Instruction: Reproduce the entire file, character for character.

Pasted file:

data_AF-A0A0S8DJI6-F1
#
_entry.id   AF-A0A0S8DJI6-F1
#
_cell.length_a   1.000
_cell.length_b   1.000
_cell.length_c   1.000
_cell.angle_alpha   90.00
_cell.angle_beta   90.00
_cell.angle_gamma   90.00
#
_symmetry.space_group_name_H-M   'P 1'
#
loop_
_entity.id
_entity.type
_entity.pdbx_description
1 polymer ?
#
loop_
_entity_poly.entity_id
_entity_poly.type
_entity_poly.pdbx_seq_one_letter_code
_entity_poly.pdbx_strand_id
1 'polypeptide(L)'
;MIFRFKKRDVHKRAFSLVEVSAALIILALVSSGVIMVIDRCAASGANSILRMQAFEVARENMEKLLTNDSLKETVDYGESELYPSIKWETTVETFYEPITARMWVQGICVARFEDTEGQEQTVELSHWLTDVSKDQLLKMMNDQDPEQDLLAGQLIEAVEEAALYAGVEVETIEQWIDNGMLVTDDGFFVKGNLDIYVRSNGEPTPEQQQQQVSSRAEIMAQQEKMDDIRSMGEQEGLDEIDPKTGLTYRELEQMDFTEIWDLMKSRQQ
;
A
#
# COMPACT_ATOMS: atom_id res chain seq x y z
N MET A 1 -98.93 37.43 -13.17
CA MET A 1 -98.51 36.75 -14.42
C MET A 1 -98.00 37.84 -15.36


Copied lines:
data_AF-A0A0S8DJI6-F1
#
_entry.id   AF-A0A0S8DJI6-F1
#
_cell.length_a   1.000
_cell.length_b   1.000
_cell.length_c   1.000
_cell.angle_alpha   90.00
_cell.angle_beta   90.00
_cell.angle_gamma   90.00
#
_symmetry.space_group_name_H-M   'P 1'
#
loop_
_entity.id
_entity.type
_entity.pdbx_description
1 polymer ?
#
loop_
_entity_poly.entity_id
_entity_poly.type
_entity_poly.pdbx_seq_one_letter_code
_entity_poly.pdbx_strand_id
1 'polypeptide(L)'
;MIFRFKKRDVHKRAFSLVEVSAALIILALVSSGVIMVIDRCAASGANSILRMQAFEVARENMEKLLTNDSLKETVDYGESELYPSIKWETTVETFYEPITARMWVQGICVARFEDTEGQEQTVELSHWLTDVSKDQLLKMMNDQDPEQDLLAGQLIEAVEEAALYAGVEVETIEQWIDNGMLVTDDGFFVKGNLDIYVRSNGEPTPEQQQQQVSSRAEIMAQQEKMDDIRSMGEQEGLDEIDPKTGLTYRELEQMDFTEIWDLMKSRQQ
;
A
#
# COMPACT_ATOMS: atom_id res chain seq x y z
N MET A 1 -98.93 37.43 -13.17
CA MET A 1 -98.51 36.75 -14.42
C MET A 1 -98.00 37.84 -15.36